Definition of extravagance in English:



mass noun
  • 1Lack of restraint in spending money or using resources.

    ‘his reckless extravagance with other people's money’
    • ‘I think extravagance is wasted on ourselves and should always be directed at other people.’
    • ‘And extravagance and waste prevailing on campus has seldom, if at all, been addressed as a pressing issue.’
    • ‘But the appearance of financial cronyism, allied to the vexed issue of government extravagance on failing computer systems, does not sit well with the chancellor's austere image.’
    • ‘The big unknown for hotels and restaurants that had factored corporate extravagance into their plans is how much spending will be reined in.’
    • ‘We are going to end the culture of extravagance and waste, because New Zealanders have had enough.’
    • ‘The probe found vast waste, extravagance, and hoarding.’
    • ‘Peter Stringer has occasionally been charged with a lack of extravagance behind the scrum, but his antennae are never down.’
    • ‘In reckless extravagance he outdid the prodigals of all times in ingenuity… and set before his guests loaves and meats of gold, declaring that a man ought either to be frugal or be Caesar.’
    • ‘This is the harvest one reaps when one sows in extravagance and dissipation.’
    • ‘While always treating James with deference, Cecil urged him to curtail his extravagance and also to restrain his partiality for Scots advisers and companions.’
    • ‘It was a classic left-wing promise, because we have seen more extravagance and more waste under this Government than I have ever seen in my lifetime.’
    • ‘Even so, it has left me with a sense of unease about waste, especially in this industry where extravagance is so normal.’
    • ‘It is not just a case of eliminating extravagance and waste, we have got to manage the budget and be even more efficient.’
    • ‘Yesterday the Environment Agency advised against extravagance with ‘a precious resource’ but stressed there was no serious cause for concern.’
    • ‘During his lifetime, Fitzgerald's reputation for extravagance and dissipation affected assessments of his writings.’
    • ‘People surround their houses with frilly plants and especially with lawns - an astonishingly costly national extravagance.’
    • ‘For all its richness and extravagance, the hospital hotel lacked warmth.’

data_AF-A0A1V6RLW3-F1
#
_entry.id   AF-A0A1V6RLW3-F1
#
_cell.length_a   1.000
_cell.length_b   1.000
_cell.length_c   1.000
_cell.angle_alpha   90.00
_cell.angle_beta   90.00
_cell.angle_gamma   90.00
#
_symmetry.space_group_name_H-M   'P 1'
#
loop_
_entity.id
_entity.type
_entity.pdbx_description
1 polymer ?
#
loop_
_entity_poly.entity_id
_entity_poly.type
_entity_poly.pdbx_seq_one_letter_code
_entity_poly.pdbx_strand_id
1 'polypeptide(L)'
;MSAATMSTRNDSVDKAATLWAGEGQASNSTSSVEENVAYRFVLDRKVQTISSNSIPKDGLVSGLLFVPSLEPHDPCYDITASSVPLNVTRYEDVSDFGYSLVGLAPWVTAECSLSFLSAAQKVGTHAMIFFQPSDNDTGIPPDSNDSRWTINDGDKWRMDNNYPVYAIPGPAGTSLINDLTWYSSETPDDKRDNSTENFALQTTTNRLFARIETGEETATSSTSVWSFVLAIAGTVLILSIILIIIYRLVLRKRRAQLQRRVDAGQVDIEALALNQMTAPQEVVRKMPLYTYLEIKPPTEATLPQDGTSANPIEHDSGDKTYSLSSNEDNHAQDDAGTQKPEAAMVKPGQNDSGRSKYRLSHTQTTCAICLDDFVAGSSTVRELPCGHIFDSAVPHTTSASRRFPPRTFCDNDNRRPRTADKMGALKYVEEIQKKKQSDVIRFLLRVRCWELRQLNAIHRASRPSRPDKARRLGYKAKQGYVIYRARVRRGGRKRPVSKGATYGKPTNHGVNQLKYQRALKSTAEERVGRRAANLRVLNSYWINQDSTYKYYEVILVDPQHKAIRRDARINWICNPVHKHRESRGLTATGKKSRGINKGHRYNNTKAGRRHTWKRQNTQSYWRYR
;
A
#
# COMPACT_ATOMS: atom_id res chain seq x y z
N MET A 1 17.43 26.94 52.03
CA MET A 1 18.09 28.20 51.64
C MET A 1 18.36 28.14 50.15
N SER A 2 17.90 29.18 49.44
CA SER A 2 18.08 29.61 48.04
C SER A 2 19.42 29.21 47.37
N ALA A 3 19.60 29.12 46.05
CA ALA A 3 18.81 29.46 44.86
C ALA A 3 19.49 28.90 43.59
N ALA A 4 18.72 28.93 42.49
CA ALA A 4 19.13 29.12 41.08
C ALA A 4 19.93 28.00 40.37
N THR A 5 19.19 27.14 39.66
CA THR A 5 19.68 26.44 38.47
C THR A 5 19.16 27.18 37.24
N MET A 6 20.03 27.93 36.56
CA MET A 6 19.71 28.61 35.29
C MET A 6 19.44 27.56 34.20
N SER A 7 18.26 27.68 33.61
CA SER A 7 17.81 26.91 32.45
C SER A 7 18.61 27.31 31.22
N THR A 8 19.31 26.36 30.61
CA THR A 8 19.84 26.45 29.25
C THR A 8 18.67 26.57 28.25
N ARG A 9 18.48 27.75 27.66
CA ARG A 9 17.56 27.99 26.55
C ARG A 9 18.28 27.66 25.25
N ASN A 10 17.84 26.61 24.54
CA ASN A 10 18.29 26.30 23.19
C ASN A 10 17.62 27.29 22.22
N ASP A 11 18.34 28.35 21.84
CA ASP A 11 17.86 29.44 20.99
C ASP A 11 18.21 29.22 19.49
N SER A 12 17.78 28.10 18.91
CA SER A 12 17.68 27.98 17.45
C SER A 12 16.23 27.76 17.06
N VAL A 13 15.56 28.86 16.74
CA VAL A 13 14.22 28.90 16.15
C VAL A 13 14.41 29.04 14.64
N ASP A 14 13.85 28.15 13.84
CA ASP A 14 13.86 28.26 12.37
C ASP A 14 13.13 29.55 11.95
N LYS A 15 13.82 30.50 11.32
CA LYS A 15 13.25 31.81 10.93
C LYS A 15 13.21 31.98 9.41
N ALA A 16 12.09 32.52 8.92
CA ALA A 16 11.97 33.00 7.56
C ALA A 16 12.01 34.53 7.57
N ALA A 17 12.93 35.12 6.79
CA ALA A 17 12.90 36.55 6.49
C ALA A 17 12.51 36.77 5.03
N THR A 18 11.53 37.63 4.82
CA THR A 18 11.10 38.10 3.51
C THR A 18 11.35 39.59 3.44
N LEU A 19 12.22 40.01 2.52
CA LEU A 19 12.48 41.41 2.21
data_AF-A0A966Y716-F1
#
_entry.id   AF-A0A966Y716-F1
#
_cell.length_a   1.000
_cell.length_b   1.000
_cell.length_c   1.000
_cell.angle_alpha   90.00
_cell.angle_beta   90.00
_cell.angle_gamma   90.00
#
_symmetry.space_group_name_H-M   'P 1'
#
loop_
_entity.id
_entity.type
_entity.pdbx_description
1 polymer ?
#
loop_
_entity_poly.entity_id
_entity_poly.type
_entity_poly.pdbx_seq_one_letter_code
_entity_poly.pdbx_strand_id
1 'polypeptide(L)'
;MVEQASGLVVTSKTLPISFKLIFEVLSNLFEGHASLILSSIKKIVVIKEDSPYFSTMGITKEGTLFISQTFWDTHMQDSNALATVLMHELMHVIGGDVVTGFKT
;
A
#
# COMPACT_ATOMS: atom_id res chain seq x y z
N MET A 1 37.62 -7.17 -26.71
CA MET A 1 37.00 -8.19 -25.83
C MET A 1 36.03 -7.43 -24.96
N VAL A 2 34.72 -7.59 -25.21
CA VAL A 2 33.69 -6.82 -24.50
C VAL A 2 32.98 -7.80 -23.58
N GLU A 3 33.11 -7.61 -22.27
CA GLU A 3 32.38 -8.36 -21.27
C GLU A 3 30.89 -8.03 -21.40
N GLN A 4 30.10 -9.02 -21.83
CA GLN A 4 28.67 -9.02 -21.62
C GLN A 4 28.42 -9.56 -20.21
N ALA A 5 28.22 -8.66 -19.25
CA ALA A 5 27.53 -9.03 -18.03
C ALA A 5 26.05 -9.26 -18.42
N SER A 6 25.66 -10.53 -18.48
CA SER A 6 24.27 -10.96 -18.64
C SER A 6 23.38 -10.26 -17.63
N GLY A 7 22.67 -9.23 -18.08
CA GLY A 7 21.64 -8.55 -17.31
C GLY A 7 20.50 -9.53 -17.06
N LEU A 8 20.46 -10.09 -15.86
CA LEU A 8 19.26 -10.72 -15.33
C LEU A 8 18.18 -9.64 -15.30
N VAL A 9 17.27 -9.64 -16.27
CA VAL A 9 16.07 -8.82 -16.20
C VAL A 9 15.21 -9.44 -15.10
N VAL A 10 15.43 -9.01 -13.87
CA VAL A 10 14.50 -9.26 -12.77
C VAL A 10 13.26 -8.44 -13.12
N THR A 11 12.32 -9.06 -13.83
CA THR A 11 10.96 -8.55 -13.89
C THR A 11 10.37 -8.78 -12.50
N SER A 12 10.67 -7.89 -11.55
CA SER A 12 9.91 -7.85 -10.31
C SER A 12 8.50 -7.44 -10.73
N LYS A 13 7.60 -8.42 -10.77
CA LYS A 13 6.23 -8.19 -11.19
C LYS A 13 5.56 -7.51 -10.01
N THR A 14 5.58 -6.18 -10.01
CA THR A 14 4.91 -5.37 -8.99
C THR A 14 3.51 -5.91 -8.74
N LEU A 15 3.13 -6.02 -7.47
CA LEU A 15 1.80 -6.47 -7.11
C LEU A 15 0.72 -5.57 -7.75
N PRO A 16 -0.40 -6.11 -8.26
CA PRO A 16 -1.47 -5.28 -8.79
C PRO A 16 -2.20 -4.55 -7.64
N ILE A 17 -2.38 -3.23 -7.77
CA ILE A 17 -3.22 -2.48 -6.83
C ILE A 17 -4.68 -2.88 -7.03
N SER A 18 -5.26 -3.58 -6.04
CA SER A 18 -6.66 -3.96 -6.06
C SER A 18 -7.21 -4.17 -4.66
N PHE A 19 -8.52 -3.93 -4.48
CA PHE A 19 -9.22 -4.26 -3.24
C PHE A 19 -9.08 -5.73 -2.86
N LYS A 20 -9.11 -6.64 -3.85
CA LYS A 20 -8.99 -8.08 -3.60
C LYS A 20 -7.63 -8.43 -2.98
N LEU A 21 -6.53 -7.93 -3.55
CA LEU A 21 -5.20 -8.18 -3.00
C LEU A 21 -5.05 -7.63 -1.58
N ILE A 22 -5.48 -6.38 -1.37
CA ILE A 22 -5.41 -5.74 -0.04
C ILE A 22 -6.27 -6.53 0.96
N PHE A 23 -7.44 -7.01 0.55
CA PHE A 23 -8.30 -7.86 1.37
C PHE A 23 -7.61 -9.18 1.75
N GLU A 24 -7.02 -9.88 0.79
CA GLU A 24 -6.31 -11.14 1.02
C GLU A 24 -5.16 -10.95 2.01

• ‘He is, to this day, associated with extravagance and regal lavishness.’
    • ‘Impulsiveness, impatience, senseless rebellion, and extravagance are the traits that so often undermine their work and dreams.’
    • ‘‘The problems of formalism, bureaucracy, dishonesty, extravagance and waste are relatively severe,’ he told the legislature session.’
    profligacy, lack of thrift, unthriftiness, thriftlessness, improvidence, wastefulness, waste, overspending, prodigality, squandering, lavishness
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    1. 1.1count noun A thing on which too much money has been spent or which has used up too many resources.
      ‘salmon trout is an unnecessary extravagance’
      • ‘When you feel that everyone at the office has noticed your miserly and cheap behavior, start to make them feel guilty about their own extravagances.’
      • ‘I'm lucky to have friends who have wonderful extravagances, so it's possible on a fine summer's day to be taken on a splendid motor launch to lunch at Beaulieu on the river.’
      • ‘For some, it could have been an impossible dream gathering dust in the corner of their minds, remembered fondly as one of the extravagances of childhood.’
      • ‘Maybe that's why when we reach a certain age, we're supposed to confine such extravagances to birthdays, weddings and Christmas.’
      • ‘The glamour, the hype, the fame, the extravagances, and, above all, the money - all of these combine to create a world many young boys wish to inhabit.’
      • ‘We should mind little things - little courtesies in life, little matters of personal appearance, little extravagances, little minutes of wasted time, little details in our work.’